The candidate I am a Mexican-American MD/PhD who works as a basic scientist. I am also an Assistant Professor in the Johns Hopkins School of Medicine, Division of Pediatric Cardiology where I also completed my post- doctoral fellowship training. My interest in and commitment to a translational and basic research career started as a 4th year medical student. I am convinced that funding through the NIH/NHLBI Mentored Career Development Award to Promote Faculty Diversity in Biomedical Research will be instrumental to achieve my goal, which is to become an independent investigator and a future leader in the field of molecular cardiology and its translation into the advancement of therapies of diabetic cardiomyopathy and heart failure. Research Proposal: Novel quantitative proteomic approaches to define the altered interplay between O-GlcNAcylation and Phosphorylation in myofilament dysfunction of diabetic hearts In North America, the 2010 prevalence of diabetes was 37.4 million (10.2%) and is on a steady rise16. Diabetic patients are 2 to 4 times more at risk of dying from heart disease than the general population17. Among cardiovascular complications, diabetic cardiomyopathy refers to a progressive diastolic and systolic dysfunction due to a contractile deficit of the cardiac muscle that develops independently from coronary artery disease. While it is present in 60% of diabetic patients, no therapy is currently available to halt or significantly alter the course of diabetic cardiomyopathy18. Post-translational modifications of the sarcomere regulate cardiac function and when dysregulated contribute to cardiac dysfunction. Recent work in our group has focused on the identification, quantification and functional characterization of myofilament O-GlcNAcylation and Phosphorylation1-8. The goal of this proposal is to use state of the art quantitative proteomic approaches to extensively map and perform site-specific quantification of all potentially O-GlcNAcylated and Phosphorylated myofilament proteins of normal and diabetic hearts during baseline cardiac function and during ?-adrenergic and force-frequency stimulation. By comparing O-GlcNAc/Phosphate stoichiometry changes between baseline and enhanced workload we will identify key sites for abnormal myofilament function in diabetic cardiomyopathy. By using gene transfer techniques, the present proposal also will perform in vivo and in vitro functional work to define the role of the interplay between O-GlcNAcylation and Phosphorylation and the mechanisms that lead to impaired cardiac contractile reserve in diabetes. Advances in this field can potentially generate early diagnostic tools for diabetic cardiomyopathy and open new therapeutic venues to fix the molecular motors of a failing diabetic heart.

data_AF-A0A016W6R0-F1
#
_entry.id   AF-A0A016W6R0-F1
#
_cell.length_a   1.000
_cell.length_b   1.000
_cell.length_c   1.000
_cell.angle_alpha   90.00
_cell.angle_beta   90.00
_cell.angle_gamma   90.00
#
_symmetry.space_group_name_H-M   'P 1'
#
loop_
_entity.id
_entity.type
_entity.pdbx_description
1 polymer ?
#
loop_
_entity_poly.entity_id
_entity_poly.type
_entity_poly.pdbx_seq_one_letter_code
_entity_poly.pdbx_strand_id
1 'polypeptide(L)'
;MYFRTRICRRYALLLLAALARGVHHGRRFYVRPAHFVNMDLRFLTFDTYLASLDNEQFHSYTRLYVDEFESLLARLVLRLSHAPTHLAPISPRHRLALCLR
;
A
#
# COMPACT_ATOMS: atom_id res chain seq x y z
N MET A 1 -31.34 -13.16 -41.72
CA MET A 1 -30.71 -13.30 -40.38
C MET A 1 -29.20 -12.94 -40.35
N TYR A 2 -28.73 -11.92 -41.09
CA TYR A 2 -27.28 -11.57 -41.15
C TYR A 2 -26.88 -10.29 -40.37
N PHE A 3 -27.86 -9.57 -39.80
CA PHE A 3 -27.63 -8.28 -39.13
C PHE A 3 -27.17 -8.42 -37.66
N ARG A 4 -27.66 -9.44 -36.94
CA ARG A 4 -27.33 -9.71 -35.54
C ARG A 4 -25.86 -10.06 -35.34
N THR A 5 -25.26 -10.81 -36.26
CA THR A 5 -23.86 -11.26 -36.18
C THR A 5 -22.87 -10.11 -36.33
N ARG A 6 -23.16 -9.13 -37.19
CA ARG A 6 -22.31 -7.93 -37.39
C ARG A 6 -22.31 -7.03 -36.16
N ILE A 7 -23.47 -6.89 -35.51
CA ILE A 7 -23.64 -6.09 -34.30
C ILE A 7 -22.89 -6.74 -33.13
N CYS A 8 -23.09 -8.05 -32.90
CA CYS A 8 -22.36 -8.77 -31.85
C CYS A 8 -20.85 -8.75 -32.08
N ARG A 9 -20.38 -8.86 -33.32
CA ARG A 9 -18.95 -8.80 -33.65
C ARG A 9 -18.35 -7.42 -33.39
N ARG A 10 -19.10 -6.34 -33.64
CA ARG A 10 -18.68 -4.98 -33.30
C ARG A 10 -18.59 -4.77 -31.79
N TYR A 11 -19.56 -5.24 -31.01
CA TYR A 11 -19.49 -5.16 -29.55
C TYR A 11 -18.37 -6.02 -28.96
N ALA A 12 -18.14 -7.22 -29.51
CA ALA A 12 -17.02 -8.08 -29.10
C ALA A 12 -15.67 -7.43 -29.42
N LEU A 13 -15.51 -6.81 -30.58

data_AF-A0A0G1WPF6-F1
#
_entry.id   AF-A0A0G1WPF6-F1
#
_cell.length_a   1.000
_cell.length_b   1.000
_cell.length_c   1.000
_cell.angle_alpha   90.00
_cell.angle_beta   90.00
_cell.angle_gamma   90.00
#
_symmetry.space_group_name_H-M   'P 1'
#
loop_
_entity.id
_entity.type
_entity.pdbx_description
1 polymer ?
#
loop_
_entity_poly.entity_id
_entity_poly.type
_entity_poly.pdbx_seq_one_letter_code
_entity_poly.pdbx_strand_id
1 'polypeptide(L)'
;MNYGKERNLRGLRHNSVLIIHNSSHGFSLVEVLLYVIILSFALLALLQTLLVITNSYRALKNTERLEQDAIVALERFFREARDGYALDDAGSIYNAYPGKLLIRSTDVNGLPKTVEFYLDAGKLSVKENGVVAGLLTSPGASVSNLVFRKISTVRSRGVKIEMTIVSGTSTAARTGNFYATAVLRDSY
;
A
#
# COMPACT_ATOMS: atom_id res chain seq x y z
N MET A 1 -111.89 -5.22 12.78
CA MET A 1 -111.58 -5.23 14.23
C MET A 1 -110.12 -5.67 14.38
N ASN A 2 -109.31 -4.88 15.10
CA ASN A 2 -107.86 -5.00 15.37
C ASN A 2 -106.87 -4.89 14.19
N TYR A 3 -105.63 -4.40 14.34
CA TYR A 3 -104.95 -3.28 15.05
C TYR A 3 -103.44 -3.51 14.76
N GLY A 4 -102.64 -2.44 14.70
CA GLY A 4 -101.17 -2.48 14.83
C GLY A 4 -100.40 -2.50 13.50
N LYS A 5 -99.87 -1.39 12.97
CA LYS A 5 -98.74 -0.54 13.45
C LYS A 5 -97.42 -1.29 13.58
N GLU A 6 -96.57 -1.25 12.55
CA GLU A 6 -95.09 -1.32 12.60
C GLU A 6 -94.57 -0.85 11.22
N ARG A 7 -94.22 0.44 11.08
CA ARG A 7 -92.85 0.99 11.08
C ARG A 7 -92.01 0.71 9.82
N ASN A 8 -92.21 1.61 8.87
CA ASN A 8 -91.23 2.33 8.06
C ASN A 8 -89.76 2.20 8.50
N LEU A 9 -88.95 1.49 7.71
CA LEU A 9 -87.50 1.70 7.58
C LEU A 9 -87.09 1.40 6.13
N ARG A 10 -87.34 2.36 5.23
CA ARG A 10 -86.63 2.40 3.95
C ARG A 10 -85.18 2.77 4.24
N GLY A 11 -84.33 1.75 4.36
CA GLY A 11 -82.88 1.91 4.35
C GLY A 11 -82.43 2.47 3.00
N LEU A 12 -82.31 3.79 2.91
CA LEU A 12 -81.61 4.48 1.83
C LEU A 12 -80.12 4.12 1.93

The specific aims of this proposal are Aim 1: To perform global myofilament site-specific O- GlcNAcylation and Phosphorylation mapping and quantification in normal and type 2 diabetic hearts.
Aim 2 : To identify O-GlcNAcylated and Phosphorylated sites with the greatest stoichiometric variation during ?-adrenergic and force-frequency stimulation in normal and type 2 diabetic heart myofilaments.
Aim 3 : To validate the functional impact of altered balance of O-GlcNAcylation and Phosphorylation competing sites on cardiac contractility by manipulating myofilament proteins with gene transfer. The environment The Johns Hopkins School of Medicine possesses an excellent environment to perform basic and translational research. Johns Hopkins University has a strong foundation and facilities in research focused on diseases of adults and children. For example, the Department of Pediatrics presently has 27 million dollars in NIH research dollars. The medical campus will enable the candidate to access numerous state-of-the-art core facilities. The mentors, advisors and collaborators outlined in this application will assist in a successful completion of the candidate career and research goals. We have assembled a superb team of fine scientist and established faculty with many years of experience and great success mentoring young scientists. My main mentor is Dr. Anne M Murphy, co-mentor is Dr. Jennifer Van Eyk. Dr. Gerald W. Hart and Dr. Brian O'Rourke form the advisor committee.
Diabetic cardiomyopathy is present in 60% of diabetic patients, and no therapy is currently available to halt or significantly alter the course of this disease. This proposal seeks to use proteomics and physiological techniques to identify the mechanisms by which diabetes weakens the molecular motor proteins of the heart. Advances in this field can potentially generate early diagnostic tools for diabetic cardiomyopathy and open new therapeutic venues to fix the molecular motors of a failing diabetic heart.